Papua New Guineans rarely get to reflect upon themselves on screen.
Pawa Meri Editor Madge Szoeke said this while reflecting the PNG films she edited while at the University of Goroka (UOG).
She said the six-part Pawa Meri films are so different from each other and demonstrate the diversity in PNG.
“I think really here people are starved for reflections of themselves on the screen.”
“All those six women are so different and their aspirations you know, I like what they’ve done from brokering the [Bougainville] peace process to starting a restaurant you know.”
“You know, it’s a tiny reflection of the diversity in PNG,” she said.
Madge was at UOG’s Centre for Social & Creative Media editing two of the Pawa Meri Project films.
Pawa Meri is a joint project between Victoria University in Melbourne and UOG and works to deliver a six-part biographical film series of PNG women as well as train PNG women filmmakers in directing.
The films are aimed at educating and inspiring young women and school-aged girls about career paths.
With the last of the Pawa Meri film production completed, all six films are progressing into the final stages of postproduction.
Madge was in Goroka for three weeks touching up on the Bougainville film and doing a full edit on the Daru and Port Moresby films.
Director of the Port Moresby based film Joys Eggins said that Madge was able to bring out the concepts she had planned for in her film.
“Madge did an excellent job bringing a structure and flow to my film and I’m sure viewers will not only feel the buzz of Moresby but importantly have a better appreciation for the talent Susil Nelson, who stresses the significance of having a good education for life,” she said.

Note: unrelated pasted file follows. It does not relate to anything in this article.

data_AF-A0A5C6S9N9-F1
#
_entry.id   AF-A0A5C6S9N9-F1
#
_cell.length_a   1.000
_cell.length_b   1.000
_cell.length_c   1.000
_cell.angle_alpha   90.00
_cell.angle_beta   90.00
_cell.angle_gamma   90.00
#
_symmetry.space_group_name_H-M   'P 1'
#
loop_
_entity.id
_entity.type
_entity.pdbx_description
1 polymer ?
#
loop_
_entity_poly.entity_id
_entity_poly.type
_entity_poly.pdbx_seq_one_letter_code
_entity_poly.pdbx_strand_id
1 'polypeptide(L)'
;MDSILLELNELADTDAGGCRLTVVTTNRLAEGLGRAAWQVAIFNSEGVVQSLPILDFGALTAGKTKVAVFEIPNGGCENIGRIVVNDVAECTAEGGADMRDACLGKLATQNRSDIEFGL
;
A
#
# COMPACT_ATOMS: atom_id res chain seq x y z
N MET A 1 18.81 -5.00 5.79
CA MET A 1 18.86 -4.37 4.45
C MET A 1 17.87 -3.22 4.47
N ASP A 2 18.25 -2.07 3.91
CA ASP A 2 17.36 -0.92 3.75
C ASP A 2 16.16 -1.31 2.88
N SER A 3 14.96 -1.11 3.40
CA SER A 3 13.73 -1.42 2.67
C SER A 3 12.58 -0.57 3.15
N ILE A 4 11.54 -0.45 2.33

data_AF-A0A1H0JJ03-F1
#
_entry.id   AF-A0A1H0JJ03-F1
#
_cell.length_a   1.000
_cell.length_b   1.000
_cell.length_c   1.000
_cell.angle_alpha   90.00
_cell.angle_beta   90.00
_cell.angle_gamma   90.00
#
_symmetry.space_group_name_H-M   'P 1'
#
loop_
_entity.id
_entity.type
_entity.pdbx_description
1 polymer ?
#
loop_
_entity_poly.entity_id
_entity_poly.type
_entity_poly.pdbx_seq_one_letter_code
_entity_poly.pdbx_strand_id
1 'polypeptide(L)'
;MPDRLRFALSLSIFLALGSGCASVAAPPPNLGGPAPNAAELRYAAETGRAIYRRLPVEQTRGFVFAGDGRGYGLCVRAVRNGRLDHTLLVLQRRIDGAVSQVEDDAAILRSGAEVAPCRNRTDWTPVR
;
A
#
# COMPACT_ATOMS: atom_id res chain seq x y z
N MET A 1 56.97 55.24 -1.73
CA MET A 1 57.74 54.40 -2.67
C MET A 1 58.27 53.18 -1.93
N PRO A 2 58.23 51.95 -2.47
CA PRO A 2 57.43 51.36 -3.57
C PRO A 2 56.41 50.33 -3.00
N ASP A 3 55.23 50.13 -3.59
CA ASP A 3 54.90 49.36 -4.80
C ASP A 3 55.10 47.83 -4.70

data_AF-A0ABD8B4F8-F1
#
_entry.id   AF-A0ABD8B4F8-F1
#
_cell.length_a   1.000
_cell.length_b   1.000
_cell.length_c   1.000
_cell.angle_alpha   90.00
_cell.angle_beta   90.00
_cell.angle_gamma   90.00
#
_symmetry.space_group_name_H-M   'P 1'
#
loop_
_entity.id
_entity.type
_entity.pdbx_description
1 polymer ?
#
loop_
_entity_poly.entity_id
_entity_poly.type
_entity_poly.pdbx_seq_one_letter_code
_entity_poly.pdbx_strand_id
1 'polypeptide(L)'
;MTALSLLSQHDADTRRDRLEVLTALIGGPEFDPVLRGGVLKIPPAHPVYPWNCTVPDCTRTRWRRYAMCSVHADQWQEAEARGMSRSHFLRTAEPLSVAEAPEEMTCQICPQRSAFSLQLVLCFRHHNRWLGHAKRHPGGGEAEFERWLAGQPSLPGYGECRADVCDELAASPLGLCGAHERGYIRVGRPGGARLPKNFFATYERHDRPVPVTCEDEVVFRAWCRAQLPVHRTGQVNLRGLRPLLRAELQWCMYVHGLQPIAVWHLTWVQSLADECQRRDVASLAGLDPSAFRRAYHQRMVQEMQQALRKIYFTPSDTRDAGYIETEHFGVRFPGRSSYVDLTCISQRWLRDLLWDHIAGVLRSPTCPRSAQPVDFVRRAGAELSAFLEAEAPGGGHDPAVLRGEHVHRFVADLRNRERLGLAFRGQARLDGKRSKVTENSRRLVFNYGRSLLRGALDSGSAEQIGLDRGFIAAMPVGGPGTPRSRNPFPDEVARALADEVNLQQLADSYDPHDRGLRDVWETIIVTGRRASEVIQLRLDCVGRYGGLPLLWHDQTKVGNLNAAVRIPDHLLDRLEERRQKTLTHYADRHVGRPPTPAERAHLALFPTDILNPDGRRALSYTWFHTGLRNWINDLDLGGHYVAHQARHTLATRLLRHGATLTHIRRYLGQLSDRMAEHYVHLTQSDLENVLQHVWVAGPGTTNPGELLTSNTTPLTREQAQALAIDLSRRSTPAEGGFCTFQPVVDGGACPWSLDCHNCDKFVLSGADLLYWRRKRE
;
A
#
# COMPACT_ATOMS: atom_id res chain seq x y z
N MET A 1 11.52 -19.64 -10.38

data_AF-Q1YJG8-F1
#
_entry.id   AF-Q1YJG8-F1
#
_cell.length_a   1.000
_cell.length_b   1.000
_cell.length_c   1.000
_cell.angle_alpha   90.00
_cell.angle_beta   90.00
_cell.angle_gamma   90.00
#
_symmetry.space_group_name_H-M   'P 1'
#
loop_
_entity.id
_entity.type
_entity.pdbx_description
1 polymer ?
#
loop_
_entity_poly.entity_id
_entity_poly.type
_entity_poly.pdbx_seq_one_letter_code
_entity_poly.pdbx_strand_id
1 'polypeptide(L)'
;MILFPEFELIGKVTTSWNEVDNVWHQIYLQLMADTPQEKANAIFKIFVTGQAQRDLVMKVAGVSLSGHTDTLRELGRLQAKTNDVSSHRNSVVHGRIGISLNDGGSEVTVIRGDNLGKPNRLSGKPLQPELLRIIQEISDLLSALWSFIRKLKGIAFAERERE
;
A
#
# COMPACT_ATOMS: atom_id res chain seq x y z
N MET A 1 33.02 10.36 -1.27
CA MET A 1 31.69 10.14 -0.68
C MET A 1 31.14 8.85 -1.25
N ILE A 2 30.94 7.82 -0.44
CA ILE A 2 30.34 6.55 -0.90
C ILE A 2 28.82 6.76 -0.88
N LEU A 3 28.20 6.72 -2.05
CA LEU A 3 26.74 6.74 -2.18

“My film was the last in the production line and with the editor being in the country for a short period, I had to work hard to ensure production was completed with all other steps such as a paper edit was ready for her,” Ms Eggins said.
Pawa Meri Editor Madge Szoeke, a first time visitor to Papua New Guinea was impressed with the achievements of each of the talents in the film as she got to know them better while editing.
“For me, personally it was a great educational experience.”
“I learned an enormous about three different places that I didn’t know very much about.”
“In fact, Daru, I knew nothing about, I don’t think I’ve ever heard of Daru before I came here and then in terms of the project, it was fantastic.”
“What a great bunch of women!” she said.
Madge said the directors in training were equally as strong as the talents they were filming.
“Really really lovely women, smart, you know open to all sorts of things and always interested in the good of the project and representing the Pawa Meri’s faithfully and their integrity rather than other agendas that people sometimes have when they make films,” she said.
In the editing booth, Madge’s observations in regards to training for the directors were invaluable.
“I think probably the only thing that I would be critical of about the pawa meri project would be that the director needed to be more on top of the camera operators and making sure they were getting what the director thought they were getting,” she said.
The Pawa Meri directors are now preparing their films to lay sound tracks and credits as well as develop a graphic style to compile the films.
The directors and support team are now planning for a national launch of the films to hopefully coincide with International Women’s Day in March 2014.